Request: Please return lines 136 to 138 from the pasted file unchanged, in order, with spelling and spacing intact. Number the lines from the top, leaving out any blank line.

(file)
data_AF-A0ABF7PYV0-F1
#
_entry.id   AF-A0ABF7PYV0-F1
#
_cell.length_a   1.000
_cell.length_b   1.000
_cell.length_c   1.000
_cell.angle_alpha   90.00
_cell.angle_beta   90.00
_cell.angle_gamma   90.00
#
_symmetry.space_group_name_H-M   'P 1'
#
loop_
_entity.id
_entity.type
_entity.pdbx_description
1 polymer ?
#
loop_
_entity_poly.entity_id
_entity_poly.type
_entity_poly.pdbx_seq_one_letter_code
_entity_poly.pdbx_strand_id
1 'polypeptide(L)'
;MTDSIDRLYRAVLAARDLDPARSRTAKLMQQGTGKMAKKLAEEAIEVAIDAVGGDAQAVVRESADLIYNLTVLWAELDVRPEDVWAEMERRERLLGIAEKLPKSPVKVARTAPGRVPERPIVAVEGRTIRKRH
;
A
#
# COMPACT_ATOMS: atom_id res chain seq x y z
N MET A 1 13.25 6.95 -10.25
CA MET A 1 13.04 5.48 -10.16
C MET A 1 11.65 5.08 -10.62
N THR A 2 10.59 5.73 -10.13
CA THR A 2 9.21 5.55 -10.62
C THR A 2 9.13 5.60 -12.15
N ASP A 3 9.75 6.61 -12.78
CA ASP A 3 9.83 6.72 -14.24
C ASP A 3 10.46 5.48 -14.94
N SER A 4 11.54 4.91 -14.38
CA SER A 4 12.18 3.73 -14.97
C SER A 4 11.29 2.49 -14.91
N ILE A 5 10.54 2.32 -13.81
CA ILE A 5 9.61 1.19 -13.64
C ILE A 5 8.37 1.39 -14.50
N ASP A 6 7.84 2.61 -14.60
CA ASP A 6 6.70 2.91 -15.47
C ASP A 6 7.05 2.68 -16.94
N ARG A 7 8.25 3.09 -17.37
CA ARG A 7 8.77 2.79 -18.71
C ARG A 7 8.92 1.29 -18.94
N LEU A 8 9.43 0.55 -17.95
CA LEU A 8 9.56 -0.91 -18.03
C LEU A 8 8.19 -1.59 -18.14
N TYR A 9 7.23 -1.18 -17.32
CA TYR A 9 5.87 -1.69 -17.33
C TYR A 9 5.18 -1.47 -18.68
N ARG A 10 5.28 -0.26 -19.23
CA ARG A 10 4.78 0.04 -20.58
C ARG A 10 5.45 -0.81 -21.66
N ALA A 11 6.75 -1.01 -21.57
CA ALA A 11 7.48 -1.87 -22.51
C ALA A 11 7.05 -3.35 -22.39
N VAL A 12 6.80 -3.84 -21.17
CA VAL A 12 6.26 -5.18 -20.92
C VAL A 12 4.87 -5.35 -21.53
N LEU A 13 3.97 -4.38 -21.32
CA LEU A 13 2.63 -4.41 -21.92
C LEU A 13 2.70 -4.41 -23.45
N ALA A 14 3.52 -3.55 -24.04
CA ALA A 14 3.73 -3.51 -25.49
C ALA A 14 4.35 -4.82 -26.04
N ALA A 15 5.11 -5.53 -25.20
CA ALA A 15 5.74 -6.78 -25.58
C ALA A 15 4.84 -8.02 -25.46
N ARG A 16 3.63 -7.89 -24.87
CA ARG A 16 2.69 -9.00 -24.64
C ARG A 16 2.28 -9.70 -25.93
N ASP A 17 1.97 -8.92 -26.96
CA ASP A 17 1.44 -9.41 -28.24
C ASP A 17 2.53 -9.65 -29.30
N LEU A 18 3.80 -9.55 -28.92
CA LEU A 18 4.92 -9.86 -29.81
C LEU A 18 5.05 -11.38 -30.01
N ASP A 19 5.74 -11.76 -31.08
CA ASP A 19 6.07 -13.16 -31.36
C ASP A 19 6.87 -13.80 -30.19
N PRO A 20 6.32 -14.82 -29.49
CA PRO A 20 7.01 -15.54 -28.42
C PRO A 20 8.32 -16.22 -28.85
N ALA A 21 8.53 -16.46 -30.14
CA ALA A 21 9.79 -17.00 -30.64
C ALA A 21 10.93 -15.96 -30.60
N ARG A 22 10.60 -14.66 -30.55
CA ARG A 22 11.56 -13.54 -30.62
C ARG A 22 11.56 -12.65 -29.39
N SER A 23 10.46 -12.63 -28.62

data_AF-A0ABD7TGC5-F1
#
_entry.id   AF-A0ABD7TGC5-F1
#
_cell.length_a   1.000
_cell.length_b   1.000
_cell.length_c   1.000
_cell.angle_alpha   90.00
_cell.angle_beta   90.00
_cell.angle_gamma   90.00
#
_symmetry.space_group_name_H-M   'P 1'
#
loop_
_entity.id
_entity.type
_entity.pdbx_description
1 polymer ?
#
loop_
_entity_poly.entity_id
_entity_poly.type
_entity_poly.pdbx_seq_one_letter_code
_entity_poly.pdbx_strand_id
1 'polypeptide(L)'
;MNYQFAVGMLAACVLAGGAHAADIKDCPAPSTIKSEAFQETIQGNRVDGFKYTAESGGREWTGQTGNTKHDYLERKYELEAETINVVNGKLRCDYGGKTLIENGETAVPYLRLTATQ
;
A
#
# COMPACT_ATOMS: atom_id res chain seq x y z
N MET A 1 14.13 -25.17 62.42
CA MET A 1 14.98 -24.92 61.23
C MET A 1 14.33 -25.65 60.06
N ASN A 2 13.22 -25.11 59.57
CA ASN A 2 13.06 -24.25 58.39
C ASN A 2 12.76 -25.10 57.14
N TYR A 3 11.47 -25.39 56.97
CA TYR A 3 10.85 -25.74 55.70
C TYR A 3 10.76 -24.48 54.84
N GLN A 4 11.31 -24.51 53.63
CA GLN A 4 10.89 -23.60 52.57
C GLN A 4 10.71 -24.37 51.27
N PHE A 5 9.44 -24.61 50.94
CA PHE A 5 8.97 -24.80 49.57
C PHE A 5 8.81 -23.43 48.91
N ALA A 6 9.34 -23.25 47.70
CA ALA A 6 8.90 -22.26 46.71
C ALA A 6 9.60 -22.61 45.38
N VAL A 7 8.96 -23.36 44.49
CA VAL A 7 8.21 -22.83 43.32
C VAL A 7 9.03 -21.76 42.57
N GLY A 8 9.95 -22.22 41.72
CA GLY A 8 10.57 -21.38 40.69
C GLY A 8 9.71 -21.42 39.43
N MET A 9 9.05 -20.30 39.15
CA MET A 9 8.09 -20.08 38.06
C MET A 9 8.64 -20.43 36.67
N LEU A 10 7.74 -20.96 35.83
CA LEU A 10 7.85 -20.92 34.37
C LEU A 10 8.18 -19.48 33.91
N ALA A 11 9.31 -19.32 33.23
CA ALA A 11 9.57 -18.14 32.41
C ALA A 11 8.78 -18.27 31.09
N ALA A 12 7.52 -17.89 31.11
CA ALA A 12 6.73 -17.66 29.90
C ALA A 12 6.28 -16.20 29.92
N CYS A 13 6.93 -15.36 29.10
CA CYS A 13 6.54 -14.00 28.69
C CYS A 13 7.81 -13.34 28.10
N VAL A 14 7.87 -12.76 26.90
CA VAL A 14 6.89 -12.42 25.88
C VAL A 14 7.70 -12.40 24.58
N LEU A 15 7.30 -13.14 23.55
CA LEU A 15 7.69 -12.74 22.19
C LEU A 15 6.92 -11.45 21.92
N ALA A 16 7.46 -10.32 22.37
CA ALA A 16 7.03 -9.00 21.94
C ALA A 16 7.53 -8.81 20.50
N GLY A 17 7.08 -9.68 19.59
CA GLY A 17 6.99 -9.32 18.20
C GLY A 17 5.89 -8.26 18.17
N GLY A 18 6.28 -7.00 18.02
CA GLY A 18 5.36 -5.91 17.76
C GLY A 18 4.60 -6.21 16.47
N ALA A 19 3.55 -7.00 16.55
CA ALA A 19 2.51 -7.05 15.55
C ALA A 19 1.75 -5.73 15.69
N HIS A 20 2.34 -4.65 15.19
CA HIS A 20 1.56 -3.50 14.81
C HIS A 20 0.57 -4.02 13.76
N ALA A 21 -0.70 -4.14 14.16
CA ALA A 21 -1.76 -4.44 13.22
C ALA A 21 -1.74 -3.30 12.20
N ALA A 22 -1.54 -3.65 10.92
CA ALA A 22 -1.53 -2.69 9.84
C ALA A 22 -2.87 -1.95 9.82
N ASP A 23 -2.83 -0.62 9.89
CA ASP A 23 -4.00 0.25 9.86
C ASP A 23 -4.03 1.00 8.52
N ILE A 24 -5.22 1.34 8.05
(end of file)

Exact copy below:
C TYR A 3 10.76 -24.48 54.84
N GLN A 4 11.31 -24.51 53.63
CA GLN A 4 10.89 -23.60 52.57